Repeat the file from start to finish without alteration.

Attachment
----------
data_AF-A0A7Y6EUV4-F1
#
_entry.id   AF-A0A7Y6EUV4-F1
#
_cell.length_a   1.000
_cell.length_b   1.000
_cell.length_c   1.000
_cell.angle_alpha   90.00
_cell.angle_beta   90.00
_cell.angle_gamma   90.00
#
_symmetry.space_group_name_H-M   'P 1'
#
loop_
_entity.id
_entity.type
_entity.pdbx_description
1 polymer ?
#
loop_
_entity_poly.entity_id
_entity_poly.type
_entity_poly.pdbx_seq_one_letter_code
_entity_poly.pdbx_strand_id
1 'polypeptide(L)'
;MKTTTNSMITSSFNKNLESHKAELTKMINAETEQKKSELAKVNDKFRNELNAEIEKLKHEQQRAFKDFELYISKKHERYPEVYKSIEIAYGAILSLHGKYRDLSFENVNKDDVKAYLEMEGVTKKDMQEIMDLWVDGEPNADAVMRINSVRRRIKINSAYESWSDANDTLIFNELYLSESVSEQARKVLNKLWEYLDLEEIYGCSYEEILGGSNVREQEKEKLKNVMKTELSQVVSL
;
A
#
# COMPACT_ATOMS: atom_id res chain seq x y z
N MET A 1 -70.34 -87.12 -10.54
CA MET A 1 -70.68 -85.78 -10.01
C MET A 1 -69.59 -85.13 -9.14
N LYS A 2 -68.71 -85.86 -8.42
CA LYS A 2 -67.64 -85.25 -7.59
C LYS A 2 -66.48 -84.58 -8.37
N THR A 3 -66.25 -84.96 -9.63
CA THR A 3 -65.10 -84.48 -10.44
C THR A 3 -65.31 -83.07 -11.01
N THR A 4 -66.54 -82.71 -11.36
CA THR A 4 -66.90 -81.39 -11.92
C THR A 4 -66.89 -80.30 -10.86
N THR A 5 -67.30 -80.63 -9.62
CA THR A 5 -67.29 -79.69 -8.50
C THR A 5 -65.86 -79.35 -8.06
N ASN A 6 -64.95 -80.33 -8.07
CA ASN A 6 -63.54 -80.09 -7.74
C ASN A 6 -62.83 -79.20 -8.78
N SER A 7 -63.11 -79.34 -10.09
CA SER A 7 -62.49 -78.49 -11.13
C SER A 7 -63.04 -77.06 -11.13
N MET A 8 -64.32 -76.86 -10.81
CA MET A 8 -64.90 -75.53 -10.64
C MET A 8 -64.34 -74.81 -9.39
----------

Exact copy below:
data_AF-A0A7Y6EUV4-F1
#
_entry.id   AF-A0A7Y6EUV4-F1
#
_cell.length_a   1.000
_cell.length_b   1.000
_cell.length_c   1.000
_cell.angle_alpha   90.00
_cell.angle_beta   90.00
_cell.angle_gamma   90.00
#
_symmetry.space_group_name_H-M   'P 1'
#
loop_
_entity.id
_entity.type
_entity.pdbx_description
1 polymer ?
#
loop_
_entity_poly.entity_id
_entity_poly.type
_entity_poly.pdbx_seq_one_letter_code
_entity_poly.pdbx_strand_id
1 'polypeptide(L)'
;MKTTTNSMITSSFNKNLESHKAELTKMINAETEQKKSELAKVNDKFRNELNAEIEKLKHEQQRAFKDFELYISKKHERYPEVYKSIEIAYGAILSLHGKYRDLSFENVNKDDVKAYLEMEGVTKKDMQEIMDLWVDGEPNADAVMRINSVRRRIKINSAYESWSDANDTLIFNELYLSESVSEQARKVLNKLWEYLDLEEIYGCSYEEILGGSNVREQEKEKLKNVMKTELSQVVSL
;
A
#
# COMPACT_ATOMS: atom_id res chain seq x y z
N MET A 1 -70.34 -87.12 -10.54
CA MET A 1 -70.68 -85.78 -10.01
C MET A 1 -69.59 -85.13 -9.14
N LYS A 2 -68.71 -85.86 -8.42
CA LYS A 2 -67.64 -85.25 -7.59
C LYS A 2 -66.48 -84.58 -8.37
N THR A 3 -66.25 -84.96 -9.63
CA THR A 3 -65.10 -84.48 -10.44
C THR A 3 -65.31 -83.07 -11.01
N THR A 4 -66.54 -82.71 -11.36
CA THR A 4 -66.90 -81.39 -11.92
C THR A 4 -66.89 -80.30 -10.86
N THR A 5 -67.30 -80.63 -9.62
CA THR A 5 -67.29 -79.69 -8.50
C THR A 5 -65.86 -79.35 -8.06
N ASN A 6 -64.95 -80.33 -8.07
CA ASN A 6 -63.54 -80.09 -7.74
C ASN A 6 -62.83 -79.20 -8.78
N SER A 7 -63.11 -79.34 -10.09
CA SER A 7 -62.49 -78.49 -11.13
C SER A 7 -63.04 -77.06 -11.13
N MET A 8 -64.32 -76.86 -10.81
CA MET A 8 -64.90 -75.53 -10.64
C MET A 8 -64.34 -74.81 -9.39